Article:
Senior bankers from across the region will descend on Phnom Penh for the 22nd Asean Banking Conference this November, where innovative new models and technologies from the Kingdom’s financial sector will be on display.
Esteemed speakers from Cambodia and the region will highlight technological developments that aim to further develop Asean’s financial sectors and take another step on the path to the future of banking.
In Channy, chairman of the Association of Banks in Cambodia, expresses pride at the advances made by the Kingdom’s banking sector and says he is excited to see how the rest of the region has progressed.
“I am especially proud as the banking sector has made such immense progress in Cambodia in the last few years, especially with the rolling out of new technology which is putting formal financial services in the hands of all Cambodians anytime, anywhere.
“Along with the National Bank of Cambodia (NBC), we at the association are focused on using technology both to bring our citizens into the formal financial sector and also to increase the usage of our sovereign currency, the Khmer Riel, for all transactions, big and small,” he says.
These gains have been pushed further through highly-progressive innovations coming out of both the private and public sectors in Cambodia. NBC’s regulation on digital payment services and its adoption of internationally recognised frameworks to tackle hot-button issues like money-laundering and fraud have both been praised as ground-breaking in their efforts to modernise Cambodia.
Matthew Tippetts is CEO and co-founder of Clik, a digital payments aggregator that hopes to launch their services next year. Despite the aggregator not being fully functional yet, Mr Tippetts and his team have hit the ground running, picking up the award for ‘Best AI and Machine Learning Start-up’ at the Asean Rice Bowl Start-up Awards last week.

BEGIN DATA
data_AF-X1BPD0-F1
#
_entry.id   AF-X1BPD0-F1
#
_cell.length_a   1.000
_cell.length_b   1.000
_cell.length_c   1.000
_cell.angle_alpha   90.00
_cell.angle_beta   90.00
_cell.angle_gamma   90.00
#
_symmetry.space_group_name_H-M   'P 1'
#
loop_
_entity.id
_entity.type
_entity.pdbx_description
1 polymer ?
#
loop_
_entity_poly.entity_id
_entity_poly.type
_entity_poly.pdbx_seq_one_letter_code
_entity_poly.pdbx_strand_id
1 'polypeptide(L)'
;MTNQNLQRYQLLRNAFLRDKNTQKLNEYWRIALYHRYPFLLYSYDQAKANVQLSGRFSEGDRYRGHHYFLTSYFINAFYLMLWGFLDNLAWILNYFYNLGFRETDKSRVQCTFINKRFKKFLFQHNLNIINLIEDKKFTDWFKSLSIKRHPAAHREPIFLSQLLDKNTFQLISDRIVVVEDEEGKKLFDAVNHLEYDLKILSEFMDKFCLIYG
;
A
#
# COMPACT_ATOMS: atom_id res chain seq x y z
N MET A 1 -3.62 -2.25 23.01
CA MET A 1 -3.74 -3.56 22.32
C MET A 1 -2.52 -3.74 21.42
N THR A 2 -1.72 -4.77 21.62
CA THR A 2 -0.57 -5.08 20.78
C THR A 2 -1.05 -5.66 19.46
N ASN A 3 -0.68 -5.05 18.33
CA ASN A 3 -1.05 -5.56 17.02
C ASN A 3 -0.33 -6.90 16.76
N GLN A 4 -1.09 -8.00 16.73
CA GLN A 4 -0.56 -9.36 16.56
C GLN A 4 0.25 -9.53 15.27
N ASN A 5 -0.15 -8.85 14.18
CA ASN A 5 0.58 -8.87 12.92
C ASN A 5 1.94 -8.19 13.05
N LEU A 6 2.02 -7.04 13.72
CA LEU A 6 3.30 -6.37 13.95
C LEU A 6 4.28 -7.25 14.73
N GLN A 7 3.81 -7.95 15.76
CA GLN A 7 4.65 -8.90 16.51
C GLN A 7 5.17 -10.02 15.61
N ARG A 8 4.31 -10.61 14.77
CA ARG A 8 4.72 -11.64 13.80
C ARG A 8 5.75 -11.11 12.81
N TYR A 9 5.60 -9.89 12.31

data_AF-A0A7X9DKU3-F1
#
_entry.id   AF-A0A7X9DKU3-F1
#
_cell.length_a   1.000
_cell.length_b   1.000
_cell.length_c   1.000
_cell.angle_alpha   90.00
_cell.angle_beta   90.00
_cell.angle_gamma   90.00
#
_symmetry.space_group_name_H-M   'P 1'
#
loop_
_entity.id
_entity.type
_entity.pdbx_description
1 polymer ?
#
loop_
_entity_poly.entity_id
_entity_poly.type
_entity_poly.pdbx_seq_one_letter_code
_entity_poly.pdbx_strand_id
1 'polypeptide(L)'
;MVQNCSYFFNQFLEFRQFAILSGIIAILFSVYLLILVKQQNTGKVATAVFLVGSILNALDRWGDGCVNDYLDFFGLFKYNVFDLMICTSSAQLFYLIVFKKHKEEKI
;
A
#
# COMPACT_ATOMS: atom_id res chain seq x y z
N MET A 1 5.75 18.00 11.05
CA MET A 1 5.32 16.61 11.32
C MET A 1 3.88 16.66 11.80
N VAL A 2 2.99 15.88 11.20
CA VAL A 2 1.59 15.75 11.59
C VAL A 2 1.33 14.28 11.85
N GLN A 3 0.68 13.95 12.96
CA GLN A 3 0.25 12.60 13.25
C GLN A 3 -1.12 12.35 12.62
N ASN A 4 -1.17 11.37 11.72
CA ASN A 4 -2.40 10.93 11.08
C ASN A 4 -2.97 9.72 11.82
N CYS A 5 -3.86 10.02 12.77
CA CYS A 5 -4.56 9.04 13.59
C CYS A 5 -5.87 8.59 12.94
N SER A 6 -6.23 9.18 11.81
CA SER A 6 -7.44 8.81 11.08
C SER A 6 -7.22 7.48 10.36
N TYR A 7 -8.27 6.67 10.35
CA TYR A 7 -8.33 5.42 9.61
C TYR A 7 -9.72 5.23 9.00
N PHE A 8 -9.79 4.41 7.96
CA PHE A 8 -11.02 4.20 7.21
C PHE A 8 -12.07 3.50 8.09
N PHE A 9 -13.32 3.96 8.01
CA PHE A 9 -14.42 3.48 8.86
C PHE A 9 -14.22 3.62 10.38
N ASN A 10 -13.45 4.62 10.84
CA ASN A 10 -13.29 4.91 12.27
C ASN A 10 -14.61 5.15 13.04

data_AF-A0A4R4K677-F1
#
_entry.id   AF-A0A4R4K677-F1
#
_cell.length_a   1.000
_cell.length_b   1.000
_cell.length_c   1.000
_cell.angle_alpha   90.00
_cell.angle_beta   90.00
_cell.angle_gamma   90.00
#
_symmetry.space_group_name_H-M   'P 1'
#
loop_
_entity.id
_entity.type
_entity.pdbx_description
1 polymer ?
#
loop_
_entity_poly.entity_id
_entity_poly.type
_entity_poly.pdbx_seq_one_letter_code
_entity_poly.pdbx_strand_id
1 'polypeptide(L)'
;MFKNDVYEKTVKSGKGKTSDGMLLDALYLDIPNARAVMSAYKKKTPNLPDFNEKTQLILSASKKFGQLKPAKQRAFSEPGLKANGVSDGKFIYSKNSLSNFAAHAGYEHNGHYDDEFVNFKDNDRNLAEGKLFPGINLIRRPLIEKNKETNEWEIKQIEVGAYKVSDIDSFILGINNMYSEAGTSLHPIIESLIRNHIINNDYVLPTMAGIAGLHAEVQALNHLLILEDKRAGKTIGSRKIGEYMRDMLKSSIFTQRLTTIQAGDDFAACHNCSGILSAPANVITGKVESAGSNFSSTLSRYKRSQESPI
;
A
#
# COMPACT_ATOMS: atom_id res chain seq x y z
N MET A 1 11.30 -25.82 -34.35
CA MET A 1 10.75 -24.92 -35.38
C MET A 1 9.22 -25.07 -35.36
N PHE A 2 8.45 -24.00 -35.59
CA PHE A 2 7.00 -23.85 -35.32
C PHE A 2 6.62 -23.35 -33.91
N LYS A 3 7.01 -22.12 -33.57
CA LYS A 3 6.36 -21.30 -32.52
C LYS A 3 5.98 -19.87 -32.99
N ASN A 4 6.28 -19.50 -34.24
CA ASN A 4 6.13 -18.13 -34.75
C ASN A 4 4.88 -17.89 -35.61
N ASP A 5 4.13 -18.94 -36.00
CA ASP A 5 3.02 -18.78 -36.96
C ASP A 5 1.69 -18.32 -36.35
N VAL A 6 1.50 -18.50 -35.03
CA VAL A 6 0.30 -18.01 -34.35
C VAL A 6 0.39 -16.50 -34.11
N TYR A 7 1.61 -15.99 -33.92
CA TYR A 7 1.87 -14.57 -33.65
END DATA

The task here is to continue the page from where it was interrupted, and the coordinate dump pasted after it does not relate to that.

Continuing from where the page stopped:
Mr Tippetts admires the work of NBC and sees Cambodia’s banking sector as the key driving force behind a lot of innovation in the Kingdom.
“From the angle of penetration where, obviously, we are at the bottom end of the scale when it comes to percentage of digital payments as a whole, because Singapore has a much higher percentage, certain other countries like the Philippines has a very high percentage of wallet payments,” he says, noting that approximately 90 percent of Cambodia’s digital payments are made through traditional means, like debit and credit cards.
But he does not necessarily see the Kingdom at a disadvantage.
“What is happening for sure is that banks are effectively upgrading their capabilities and instead of offering ATM cards, which only work in that network and is basically used just to take money out of ATMs, now they’re giving out debit cards from international payment schemes,” he explains.
This, he argues, will drive digital payments faster in Cambodia than Asean countries such as Singapore on account of the low banking penetration here. It is these revelations and regional examples that will dominate the Asean Banking Conference in November.
The conference, co-hosted by the Association of Banks in Cambodia and the Asean Bankers Association (ABA), will feature a keynote speech from Chea Chanto, governor of the National Bank of Cambodia, and plenty of breakout panels and networking events centred on themes of technology and innovation in the banking sector.
This will be running alongside a banking expo where all products and services of participating banks will be on show to further inspire innovation.
“We think our colleagues from across Asean will have a lot to learn about the way Cambodian banks are using technology, some of it home-grown, to offer more products and services to their growing customer base and to improve their operational efficiency, security, transparency, and profitability,” Mr Channy added.